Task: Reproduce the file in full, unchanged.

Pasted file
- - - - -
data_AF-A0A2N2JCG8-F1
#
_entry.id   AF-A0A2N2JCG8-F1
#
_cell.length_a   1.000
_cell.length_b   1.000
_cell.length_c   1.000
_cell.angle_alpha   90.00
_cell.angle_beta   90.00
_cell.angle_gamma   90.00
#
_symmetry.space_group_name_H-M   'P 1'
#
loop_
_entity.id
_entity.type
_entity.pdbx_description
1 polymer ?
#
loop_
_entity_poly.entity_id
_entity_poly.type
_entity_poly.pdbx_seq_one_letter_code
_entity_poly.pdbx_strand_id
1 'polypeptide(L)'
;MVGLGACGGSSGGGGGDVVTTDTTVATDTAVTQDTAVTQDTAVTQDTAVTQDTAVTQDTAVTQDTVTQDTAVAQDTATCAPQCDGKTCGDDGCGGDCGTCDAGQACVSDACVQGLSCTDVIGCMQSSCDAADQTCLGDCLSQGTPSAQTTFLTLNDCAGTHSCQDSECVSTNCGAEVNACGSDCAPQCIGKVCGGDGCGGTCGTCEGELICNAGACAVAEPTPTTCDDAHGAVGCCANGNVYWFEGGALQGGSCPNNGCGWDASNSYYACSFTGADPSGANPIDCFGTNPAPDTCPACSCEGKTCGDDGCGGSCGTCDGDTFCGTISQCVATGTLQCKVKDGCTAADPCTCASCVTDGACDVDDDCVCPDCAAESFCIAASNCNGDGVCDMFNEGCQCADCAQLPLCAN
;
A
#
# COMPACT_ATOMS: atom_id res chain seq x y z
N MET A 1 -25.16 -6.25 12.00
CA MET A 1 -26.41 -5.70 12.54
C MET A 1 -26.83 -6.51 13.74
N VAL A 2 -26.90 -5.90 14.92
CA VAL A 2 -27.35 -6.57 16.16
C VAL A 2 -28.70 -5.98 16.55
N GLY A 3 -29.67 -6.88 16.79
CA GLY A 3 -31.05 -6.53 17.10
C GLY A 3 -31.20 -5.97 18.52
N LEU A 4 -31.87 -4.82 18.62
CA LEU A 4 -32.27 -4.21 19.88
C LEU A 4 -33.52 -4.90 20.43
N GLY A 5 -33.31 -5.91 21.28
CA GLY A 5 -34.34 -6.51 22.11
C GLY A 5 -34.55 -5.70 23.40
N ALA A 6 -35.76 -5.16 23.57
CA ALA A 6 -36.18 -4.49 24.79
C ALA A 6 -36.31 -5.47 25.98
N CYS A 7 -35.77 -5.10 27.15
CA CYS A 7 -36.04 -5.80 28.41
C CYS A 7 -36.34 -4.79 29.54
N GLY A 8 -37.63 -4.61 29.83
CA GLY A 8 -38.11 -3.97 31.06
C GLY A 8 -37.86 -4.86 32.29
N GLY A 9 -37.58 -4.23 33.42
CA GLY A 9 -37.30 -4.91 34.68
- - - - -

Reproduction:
data_AF-A0A2N2JCG8-F1
#
_entry.id   AF-A0A2N2JCG8-F1
#
_cell.length_a   1.000
_cell.length_b   1.000
_cell.length_c   1.000
_cell.angle_alpha   90.00
_cell.angle_beta   90.00
_cell.angle_gamma   90.00
#
_symmetry.space_group_name_H-M   'P 1'
#
loop_
_entity.id
_entity.type
_entity.pdbx_description
1 polymer ?
#
loop_
_entity_poly.entity_id
_entity_poly.type
_entity_poly.pdbx_seq_one_letter_code
_entity_poly.pdbx_strand_id
1 'polypeptide(L)'
;MVGLGACGGSSGGGGGDVVTTDTTVATDTAVTQDTAVTQDTAVTQDTAVTQDTAVTQDTAVTQDTVTQDTAVAQDTATCAPQCDGKTCGDDGCGGDCGTCDAGQACVSDACVQGLSCTDVIGCMQSSCDAADQTCLGDCLSQGTPSAQTTFLTLNDCAGTHSCQDSECVSTNCGAEVNACGSDCAPQCIGKVCGGDGCGGTCGTCEGELICNAGACAVAEPTPTTCDDAHGAVGCCANGNVYWFEGGALQGGSCPNNGCGWDASNSYYACSFTGADPSGANPIDCFGTNPAPDTCPACSCEGKTCGDDGCGGSCGTCDGDTFCGTISQCVATGTLQCKVKDGCTAADPCTCASCVTDGACDVDDDCVCPDCAAESFCIAASNCNGDGVCDMFNEGCQCADCAQLPLCAN
;
A
#
# COMPACT_ATOMS: atom_id res chain seq x y z
N MET A 1 -25.16 -6.25 12.00
CA MET A 1 -26.41 -5.70 12.54
C MET A 1 -26.83 -6.51 13.74
N VAL A 2 -26.90 -5.90 14.92
CA VAL A 2 -27.35 -6.57 16.16
C VAL A 2 -28.70 -5.98 16.55
N GLY A 3 -29.67 -6.88 16.79
CA GLY A 3 -31.05 -6.53 17.10
C GLY A 3 -31.20 -5.97 18.52
N LEU A 4 -31.87 -4.82 18.62
CA LEU A 4 -32.27 -4.21 19.88
C LEU A 4 -33.52 -4.90 20.43
N GLY A 5 -33.31 -5.91 21.28
CA GLY A 5 -34.34 -6.51 22.11
C GLY A 5 -34.55 -5.70 23.40
N ALA A 6 -35.76 -5.16 23.57
CA ALA A 6 -36.18 -4.49 24.79
C ALA A 6 -36.31 -5.47 25.98
N CYS A 7 -35.77 -5.10 27.15
CA CYS A 7 -36.04 -5.80 28.41
C CYS A 7 -36.34 -4.79 29.54
N GLY A 8 -37.63 -4.61 29.83
CA GLY A 8 -38.11 -3.97 31.06
C GLY A 8 -37.86 -4.86 32.29
N GLY A 9 -37.58 -4.23 33.42
CA GLY A 9 -37.30 -4.91 34.68